Statistical Considerations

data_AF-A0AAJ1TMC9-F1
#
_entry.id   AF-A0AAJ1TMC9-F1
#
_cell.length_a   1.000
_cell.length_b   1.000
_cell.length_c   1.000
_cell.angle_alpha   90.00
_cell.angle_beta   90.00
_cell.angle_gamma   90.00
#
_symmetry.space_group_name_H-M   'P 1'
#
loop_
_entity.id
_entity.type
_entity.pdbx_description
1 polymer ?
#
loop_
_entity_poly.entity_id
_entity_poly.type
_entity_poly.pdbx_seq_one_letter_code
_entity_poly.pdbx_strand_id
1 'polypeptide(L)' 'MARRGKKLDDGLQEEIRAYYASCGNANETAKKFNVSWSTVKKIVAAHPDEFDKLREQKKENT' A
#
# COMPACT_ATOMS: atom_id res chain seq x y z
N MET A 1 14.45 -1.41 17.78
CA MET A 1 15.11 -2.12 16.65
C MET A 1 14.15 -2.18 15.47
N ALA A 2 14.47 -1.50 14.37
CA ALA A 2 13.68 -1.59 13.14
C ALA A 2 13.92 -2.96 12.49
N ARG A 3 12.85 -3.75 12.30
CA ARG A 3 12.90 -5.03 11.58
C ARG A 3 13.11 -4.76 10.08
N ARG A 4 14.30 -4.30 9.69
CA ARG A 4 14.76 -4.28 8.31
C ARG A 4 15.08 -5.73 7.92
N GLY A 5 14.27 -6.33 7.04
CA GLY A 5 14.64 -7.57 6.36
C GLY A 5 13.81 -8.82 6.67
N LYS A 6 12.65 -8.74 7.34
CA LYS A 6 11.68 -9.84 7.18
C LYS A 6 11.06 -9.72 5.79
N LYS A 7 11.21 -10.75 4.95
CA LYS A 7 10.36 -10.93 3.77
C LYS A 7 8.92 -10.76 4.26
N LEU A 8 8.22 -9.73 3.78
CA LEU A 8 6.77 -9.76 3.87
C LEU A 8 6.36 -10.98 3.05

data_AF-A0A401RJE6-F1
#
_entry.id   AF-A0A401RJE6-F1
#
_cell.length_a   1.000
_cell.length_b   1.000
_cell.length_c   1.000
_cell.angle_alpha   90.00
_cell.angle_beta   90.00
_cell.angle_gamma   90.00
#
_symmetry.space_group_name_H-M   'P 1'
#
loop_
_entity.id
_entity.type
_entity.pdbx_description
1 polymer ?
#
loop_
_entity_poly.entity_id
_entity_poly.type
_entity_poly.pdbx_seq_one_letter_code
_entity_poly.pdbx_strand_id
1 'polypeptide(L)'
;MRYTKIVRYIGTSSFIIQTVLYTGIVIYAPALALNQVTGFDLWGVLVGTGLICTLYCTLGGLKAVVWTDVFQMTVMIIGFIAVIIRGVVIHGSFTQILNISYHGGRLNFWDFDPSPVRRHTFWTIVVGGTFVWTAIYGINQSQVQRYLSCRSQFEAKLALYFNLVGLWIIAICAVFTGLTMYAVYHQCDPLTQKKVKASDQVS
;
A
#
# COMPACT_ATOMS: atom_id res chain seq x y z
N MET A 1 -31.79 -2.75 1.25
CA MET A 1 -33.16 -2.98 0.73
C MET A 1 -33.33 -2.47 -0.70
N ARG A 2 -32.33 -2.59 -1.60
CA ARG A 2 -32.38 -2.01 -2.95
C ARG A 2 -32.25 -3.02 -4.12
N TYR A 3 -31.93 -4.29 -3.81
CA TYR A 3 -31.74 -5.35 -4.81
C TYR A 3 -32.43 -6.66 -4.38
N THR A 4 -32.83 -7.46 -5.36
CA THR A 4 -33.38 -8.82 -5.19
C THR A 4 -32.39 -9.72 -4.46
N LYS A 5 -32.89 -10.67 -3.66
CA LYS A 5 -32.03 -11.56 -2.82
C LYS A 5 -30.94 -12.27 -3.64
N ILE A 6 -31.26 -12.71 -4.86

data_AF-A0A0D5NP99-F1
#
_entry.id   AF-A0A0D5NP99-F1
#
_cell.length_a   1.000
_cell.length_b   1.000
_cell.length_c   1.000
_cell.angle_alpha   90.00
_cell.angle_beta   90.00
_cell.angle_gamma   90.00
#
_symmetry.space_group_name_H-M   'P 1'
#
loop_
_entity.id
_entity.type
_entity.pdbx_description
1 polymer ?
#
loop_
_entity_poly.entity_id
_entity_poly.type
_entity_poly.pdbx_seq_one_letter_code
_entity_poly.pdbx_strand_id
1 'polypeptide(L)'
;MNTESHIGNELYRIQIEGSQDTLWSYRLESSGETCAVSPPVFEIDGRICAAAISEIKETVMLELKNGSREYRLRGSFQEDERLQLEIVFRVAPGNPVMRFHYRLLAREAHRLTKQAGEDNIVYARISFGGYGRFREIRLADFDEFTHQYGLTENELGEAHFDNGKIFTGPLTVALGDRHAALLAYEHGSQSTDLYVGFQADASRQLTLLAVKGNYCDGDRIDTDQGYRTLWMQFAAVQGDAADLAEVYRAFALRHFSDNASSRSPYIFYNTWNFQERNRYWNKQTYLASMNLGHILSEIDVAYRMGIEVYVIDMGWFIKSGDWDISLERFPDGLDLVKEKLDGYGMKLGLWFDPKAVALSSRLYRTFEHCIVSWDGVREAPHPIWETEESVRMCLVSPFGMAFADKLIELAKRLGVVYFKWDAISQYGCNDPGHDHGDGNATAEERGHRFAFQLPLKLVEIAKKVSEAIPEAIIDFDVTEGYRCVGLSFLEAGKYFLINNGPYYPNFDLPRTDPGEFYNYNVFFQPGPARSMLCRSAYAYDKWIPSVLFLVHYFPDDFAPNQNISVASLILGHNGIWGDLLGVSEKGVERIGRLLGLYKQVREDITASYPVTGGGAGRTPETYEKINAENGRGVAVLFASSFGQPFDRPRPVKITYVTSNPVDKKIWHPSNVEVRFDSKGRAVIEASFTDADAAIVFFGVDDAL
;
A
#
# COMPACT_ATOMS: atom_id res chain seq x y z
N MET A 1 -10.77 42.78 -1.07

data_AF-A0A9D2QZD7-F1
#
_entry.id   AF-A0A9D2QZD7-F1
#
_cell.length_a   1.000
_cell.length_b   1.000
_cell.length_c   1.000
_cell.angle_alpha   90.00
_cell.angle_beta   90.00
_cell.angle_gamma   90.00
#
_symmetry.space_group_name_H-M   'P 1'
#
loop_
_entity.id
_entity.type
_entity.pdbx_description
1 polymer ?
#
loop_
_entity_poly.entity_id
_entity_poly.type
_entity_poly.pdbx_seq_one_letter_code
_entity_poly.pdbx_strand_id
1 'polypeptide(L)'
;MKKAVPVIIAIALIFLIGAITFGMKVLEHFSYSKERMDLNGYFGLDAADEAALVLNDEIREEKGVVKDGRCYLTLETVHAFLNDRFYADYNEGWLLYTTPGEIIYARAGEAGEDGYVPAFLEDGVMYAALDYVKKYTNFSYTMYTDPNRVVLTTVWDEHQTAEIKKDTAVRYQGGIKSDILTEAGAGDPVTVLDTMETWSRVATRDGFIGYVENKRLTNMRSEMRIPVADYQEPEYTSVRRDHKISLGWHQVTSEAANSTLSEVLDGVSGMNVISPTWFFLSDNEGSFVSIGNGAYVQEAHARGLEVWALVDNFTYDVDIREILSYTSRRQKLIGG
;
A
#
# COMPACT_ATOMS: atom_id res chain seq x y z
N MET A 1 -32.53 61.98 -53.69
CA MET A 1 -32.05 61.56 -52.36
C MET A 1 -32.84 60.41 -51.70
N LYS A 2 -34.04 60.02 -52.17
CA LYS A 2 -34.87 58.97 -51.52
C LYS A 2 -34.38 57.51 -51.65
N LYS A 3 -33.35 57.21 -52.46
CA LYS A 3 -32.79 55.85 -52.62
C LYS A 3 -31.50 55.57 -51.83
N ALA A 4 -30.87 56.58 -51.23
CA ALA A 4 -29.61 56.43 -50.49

A small proof-of-concept study was previously completed in which the RFPM was used to estimate gram weights of dry powdered formula prepared in the laboratory [19]. These estimates were compared to direct weights to determine the accuracy of the RFPM. The observed variation of the difference between the measurement methods from the proof-of-concept study (SD = 8.1 g) was used to power the current study to determine equivalence between the RFPM estimates and the direct weights of milk intake. The analysis was conducted using the two one-sided t-tests (TOST) methodology. At significance level α = 0.05, a total of 42 participants are needed to achieve the desired 80% power to conclude that the RFPM estimates are equivalent to the direct weights of the bottle servings within a 7.5% margin of error. An a priori goal difference of 10% or less would be in agreement with other objective methods of measuring food intake in infants including direct weighing [13, 14], test weighing [15], and doubly labeled water [16]. Thus, the criterion for determining equivalence within 7.5% bounds is more conservative.